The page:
“Sir, the clock in the library stopped.”
The professor started down the aisle towards White to throw him out. Several students seated in aisle seats rose and stood in the aisle to block the professor. White, seeing his entrance to the classroom turn unexpectedly into a confrontation, turned around, left the room, and closed the door behind him.
“And do you know what Amos did then?” my Dad would say with a chuckle. “He remembered there were big heating grates in the floor of the room, so he went down to the basement, found the grate that was by the lectern, sat down in the basement underneath the grate and took notes on the rest of the lecture!”
My father admired White’s resourcefulness and clarity of purpose. As a child, I heard my father’s story as a fable with Amos as the hero. The moral that I heard in that fable was to avoid confrontation, but never to lose sight of the goal. That was advice that my father practiced as well as dispensed, both at home and in his work – I never saw him lose his temper and he never seemed to lose touch with what was important to him. It seemed that in telling the story, he was picking an example to teach me an enduring truth.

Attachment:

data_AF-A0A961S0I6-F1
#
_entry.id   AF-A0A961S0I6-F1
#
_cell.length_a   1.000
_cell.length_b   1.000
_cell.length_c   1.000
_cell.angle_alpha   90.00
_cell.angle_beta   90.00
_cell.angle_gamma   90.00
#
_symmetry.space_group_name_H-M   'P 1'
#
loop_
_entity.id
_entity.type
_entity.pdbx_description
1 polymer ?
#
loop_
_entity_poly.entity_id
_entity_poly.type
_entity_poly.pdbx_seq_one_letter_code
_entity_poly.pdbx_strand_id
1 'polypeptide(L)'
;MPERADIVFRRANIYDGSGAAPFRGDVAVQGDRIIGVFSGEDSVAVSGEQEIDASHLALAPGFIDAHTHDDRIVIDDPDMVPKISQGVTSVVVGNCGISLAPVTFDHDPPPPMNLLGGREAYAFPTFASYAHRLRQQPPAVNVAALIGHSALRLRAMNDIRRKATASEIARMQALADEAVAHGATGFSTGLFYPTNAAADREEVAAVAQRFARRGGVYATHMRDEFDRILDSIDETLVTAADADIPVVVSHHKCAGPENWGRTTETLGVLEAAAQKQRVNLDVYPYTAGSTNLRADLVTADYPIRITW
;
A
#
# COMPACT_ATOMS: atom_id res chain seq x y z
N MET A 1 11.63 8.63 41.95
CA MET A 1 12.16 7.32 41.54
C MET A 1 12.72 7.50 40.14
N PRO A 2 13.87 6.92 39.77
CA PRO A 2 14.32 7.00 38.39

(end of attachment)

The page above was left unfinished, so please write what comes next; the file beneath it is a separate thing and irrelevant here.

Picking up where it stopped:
When I was in college, at the time of the civil rights movement, my father told the story again, and mentioned for the first time that Amos White was a black man. Five years later, my father died, so I did not hear the story again.
Five years ago, we began the work of revising the mission and goals of the Memorial Fund by talking with dozens of people involved in education. One of them, Emma Ruff, is a former principal of a New Haven high school, an English teacher and a gifted storyteller. She showed us the power of stories in shaping the path of one’s education and shared her vision of the purpose of education, for people to “learn how to rub shoulders without getting bruised.”
That conversation brought the story of Amos White back to mind for the first time in years. In reflecting as an adult about that story, I no longer heard a parent telling a child a fable. Rather, I heard for the first time, my father telling me of a milestone in his own education. It was Amos, rather than the professor, who was the teacher that day and my father remembered the lesson for a lifetime.